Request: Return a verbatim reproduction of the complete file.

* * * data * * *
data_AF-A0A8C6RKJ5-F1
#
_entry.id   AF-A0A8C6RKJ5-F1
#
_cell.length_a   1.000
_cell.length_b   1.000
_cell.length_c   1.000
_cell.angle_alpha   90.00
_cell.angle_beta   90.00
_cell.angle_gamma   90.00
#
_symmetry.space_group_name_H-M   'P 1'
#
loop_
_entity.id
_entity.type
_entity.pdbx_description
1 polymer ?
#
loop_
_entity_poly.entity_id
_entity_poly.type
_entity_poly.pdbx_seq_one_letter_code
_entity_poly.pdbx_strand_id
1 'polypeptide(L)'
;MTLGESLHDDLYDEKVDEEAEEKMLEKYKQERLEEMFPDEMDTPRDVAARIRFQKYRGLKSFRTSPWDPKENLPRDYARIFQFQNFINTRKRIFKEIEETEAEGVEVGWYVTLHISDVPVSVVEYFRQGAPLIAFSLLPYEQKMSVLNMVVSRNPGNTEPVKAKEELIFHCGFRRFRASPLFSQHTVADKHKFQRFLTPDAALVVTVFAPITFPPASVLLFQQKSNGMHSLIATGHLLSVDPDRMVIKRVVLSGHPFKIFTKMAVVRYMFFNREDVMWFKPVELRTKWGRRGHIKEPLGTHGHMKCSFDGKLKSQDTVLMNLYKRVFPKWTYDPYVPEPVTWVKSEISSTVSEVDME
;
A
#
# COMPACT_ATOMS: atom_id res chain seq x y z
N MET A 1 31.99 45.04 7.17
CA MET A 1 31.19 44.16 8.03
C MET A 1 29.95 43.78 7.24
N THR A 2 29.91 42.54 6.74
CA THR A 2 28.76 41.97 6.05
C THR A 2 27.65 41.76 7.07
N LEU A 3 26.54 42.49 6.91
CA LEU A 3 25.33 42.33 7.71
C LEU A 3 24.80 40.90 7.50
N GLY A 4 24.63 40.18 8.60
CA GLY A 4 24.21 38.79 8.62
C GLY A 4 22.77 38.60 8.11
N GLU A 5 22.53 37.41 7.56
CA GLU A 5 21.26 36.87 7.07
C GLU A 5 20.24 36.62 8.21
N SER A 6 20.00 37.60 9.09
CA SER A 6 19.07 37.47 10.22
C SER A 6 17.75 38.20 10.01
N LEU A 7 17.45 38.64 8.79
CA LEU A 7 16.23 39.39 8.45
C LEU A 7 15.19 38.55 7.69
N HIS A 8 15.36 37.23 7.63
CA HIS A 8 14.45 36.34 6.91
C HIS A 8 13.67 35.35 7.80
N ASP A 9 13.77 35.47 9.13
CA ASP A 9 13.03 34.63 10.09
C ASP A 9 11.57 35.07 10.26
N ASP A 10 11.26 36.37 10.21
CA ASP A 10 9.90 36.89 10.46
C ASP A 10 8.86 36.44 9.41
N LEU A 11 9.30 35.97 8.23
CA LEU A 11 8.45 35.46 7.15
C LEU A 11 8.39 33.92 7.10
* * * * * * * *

data_AF-A0A8C6RKJ5-F1
#
_entry.id   AF-A0A8C6RKJ5-F1
#
_cell.length_a   1.000
_cell.length_b   1.000
_cell.length_c   1.000
_cell.angle_alpha   90.00
_cell.angle_beta   90.00
_cell.angle_gamma   90.00
#
_symmetry.space_group_name_H-M   'P 1'
#
loop_
_entity.id
_entity.type
_entity.pdbx_description
1 polymer ?
#
loop_
_entity_poly.entity_id
_entity_poly.type
_entity_poly.pdbx_seq_one_letter_code
_entity_poly.pdbx_strand_id
1 'polypeptide(L)'
;MTLGESLHDDLYDEKVDEEAEEKMLEKYKQERLEEMFPDEMDTPRDVAARIRFQKYRGLKSFRTSPWDPKENLPRDYARIFQFQNFINTRKRIFKEIEETEAEGVEVGWYVTLHISDVPVSVVEYFRQGAPLIAFSLLPYEQKMSVLNMVVSRNPGNTEPVKAKEELIFHCGFRRFRASPLFSQHTVADKHKFQRFLTPDAALVVTVFAPITFPPASVLLFQQKSNGMHSLIATGHLLSVDPDRMVIKRVVLSGHPFKIFTKMAVVRYMFFNREDVMWFKPVELRTKWGRRGHIKEPLGTHGHMKCSFDGKLKSQDTVLMNLYKRVFPKWTYDPYVPEPVTWVKSEISSTVSEVDME
;
A
#
# COMPACT_ATOMS: atom_id res chain seq x y z
N MET A 1 31.99 45.04 7.17
CA MET A 1 31.19 44.16 8.03
C MET A 1 29.95 43.78 7.24
N THR A 2 29.91 42.54 6.74
CA THR A 2 28.76 41.97 6.05
C THR A 2 27.65 41.76 7.07
N LEU A 3 26.54 42.49 6.91
CA LEU A 3 25.33 42.33 7.71
C LEU A 3 24.80 40.90 7.50
N GLY A 4 24.63 40.18 8.60
CA GLY A 4 24.21 38.79 8.62
C GLY A 4 22.77 38.60 8.11
N GLU A 5 22.53 37.41 7.56
CA GLU A 5 21.26 36.87 7.07
C GLU A 5 20.24 36.62 8.21
N SER A 6 20.00 37.60 9.09
CA SER A 6 19.07 37.47 10.22
C SER A 6 17.75 38.20 10.01
N LEU A 7 17.45 38.64 8.79
CA LEU A 7 16.23 39.39 8.45
C LEU A 7 15.19 38.55 7.69
N HIS A 8 15.36 37.23 7.63
CA HIS A 8 14.45 36.34 6.91
C HIS A 8 13.67 35.35 7.80
N ASP A 9 13.77 35.47 9.13
CA ASP A 9 13.03 34.63 10.09
C ASP A 9 11.57 35.07 10.26
N ASP A 10 11.26 36.37 10.21
CA ASP A 10 9.90 36.89 10.46
C ASP A 10 8.86 36.44 9.41
N LEU A 11 9.30 35.97 8.23
CA LEU A 11 8.45 35.46 7.15
C LEU A 11 8.39 33.92 7.10